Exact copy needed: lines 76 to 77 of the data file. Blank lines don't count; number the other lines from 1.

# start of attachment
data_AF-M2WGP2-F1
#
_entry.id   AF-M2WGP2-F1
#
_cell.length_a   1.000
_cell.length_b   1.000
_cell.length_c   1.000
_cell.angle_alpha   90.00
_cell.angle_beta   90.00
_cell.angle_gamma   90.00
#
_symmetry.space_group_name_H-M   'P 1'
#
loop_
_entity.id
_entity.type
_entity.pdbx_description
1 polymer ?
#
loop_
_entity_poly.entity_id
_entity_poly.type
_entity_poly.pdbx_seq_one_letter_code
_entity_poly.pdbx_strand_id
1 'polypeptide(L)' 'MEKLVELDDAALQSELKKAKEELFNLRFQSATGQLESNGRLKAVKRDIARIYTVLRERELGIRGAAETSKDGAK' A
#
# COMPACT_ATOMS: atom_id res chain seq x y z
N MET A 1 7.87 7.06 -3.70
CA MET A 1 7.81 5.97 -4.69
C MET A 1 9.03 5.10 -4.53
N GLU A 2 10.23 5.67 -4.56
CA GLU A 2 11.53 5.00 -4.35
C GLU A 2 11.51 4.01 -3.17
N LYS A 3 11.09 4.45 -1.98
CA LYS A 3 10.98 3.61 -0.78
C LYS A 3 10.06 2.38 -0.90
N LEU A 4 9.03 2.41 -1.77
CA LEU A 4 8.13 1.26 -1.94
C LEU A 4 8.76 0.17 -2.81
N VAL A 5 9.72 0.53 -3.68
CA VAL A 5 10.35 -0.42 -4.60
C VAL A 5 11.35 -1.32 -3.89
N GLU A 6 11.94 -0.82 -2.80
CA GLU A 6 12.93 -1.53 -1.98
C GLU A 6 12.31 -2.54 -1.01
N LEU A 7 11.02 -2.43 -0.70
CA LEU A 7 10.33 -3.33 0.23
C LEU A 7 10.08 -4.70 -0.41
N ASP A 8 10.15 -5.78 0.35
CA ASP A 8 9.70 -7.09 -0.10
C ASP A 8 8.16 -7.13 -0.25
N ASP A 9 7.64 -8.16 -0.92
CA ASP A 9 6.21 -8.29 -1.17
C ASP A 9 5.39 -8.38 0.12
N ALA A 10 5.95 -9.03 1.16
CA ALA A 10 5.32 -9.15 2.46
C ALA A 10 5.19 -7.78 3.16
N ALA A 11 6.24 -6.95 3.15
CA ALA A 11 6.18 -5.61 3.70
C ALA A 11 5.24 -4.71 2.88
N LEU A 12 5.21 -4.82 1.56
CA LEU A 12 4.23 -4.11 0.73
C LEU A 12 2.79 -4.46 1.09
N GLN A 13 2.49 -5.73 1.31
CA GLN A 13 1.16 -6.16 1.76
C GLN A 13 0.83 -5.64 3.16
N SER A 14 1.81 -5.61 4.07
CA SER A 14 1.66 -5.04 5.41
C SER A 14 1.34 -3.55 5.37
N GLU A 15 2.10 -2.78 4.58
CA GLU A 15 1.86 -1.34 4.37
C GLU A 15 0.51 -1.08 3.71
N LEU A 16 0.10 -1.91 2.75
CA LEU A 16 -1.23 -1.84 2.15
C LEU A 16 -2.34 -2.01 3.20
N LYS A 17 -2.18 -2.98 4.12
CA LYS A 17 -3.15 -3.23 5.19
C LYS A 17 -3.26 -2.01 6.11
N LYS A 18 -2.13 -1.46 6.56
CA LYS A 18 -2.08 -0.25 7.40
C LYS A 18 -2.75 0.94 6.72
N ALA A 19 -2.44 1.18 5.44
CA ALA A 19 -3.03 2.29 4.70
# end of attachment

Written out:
N LYS A 17 -2.18 -2.98 4.12
CA LYS A 17 -3.15 -3.23 5.19